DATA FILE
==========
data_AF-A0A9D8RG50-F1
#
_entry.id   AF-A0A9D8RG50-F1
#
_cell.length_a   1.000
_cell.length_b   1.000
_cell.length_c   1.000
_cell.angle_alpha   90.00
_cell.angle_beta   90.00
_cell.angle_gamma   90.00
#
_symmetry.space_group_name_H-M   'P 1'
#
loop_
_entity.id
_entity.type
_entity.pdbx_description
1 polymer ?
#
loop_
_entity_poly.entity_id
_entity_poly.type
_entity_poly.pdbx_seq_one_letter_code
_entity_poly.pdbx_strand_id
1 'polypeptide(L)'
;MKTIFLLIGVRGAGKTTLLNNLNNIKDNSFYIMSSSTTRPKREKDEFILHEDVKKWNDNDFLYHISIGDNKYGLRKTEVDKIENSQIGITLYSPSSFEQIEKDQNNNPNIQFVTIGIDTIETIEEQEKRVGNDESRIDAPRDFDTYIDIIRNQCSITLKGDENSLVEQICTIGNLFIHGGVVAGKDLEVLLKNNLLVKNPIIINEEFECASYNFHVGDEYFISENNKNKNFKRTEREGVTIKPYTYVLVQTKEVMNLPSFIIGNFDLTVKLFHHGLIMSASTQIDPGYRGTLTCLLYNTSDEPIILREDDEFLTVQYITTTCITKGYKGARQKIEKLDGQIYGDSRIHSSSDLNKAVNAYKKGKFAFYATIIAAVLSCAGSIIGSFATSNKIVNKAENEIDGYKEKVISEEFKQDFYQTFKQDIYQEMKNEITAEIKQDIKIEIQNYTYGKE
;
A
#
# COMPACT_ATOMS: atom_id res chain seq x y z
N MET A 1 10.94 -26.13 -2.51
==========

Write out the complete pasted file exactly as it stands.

data_AF-A0A9D8RG50-F1
#
_entry.id   AF-A0A9D8RG50-F1
#
_cell.length_a   1.000
_cell.length_b   1.000
_cell.length_c   1.000
_cell.angle_alpha   90.00
_cell.angle_beta   90.00
_cell.angle_gamma   90.00
#
_symmetry.space_group_name_H-M   'P 1'
#
loop_
_entity.id
_entity.type
_entity.pdbx_description
1 polymer ?
#
loop_
_entity_poly.entity_id
_entity_poly.type
_entity_poly.pdbx_seq_one_letter_code
_entity_poly.pdbx_strand_id
1 'polypeptide(L)'
;MKTIFLLIGVRGAGKTTLLNNLNNIKDNSFYIMSSSTTRPKREKDEFILHEDVKKWNDNDFLYHISIGDNKYGLRKTEVDKIENSQIGITLYSPSSFEQIEKDQNNNPNIQFVTIGIDTIETIEEQEKRVGNDESRIDAPRDFDTYIDIIRNQCSITLKGDENSLVEQICTIGNLFIHGGVVAGKDLEVLLKNNLLVKNPIIINEEFECASYNFHVGDEYFISENNKNKNFKRTEREGVTIKPYTYVLVQTKEVMNLPSFIIGNFDLTVKLFHHGLIMSASTQIDPGYRGTLTCLLYNTSDEPIILREDDEFLTVQYITTTCITKGYKGARQKIEKLDGQIYGDSRIHSSSDLNKAVNAYKKGKFAFYATIIAAVLSCAGSIIGSFATSNKIVNKAENEIDGYKEKVISEEFKQDFYQTFKQDIYQEMKNEITAEIKQDIKIEIQNYTYGKE
;
A
#
# COMPACT_ATOMS: atom_id res chain seq x y z
N MET A 1 10.94 -26.13 -2.51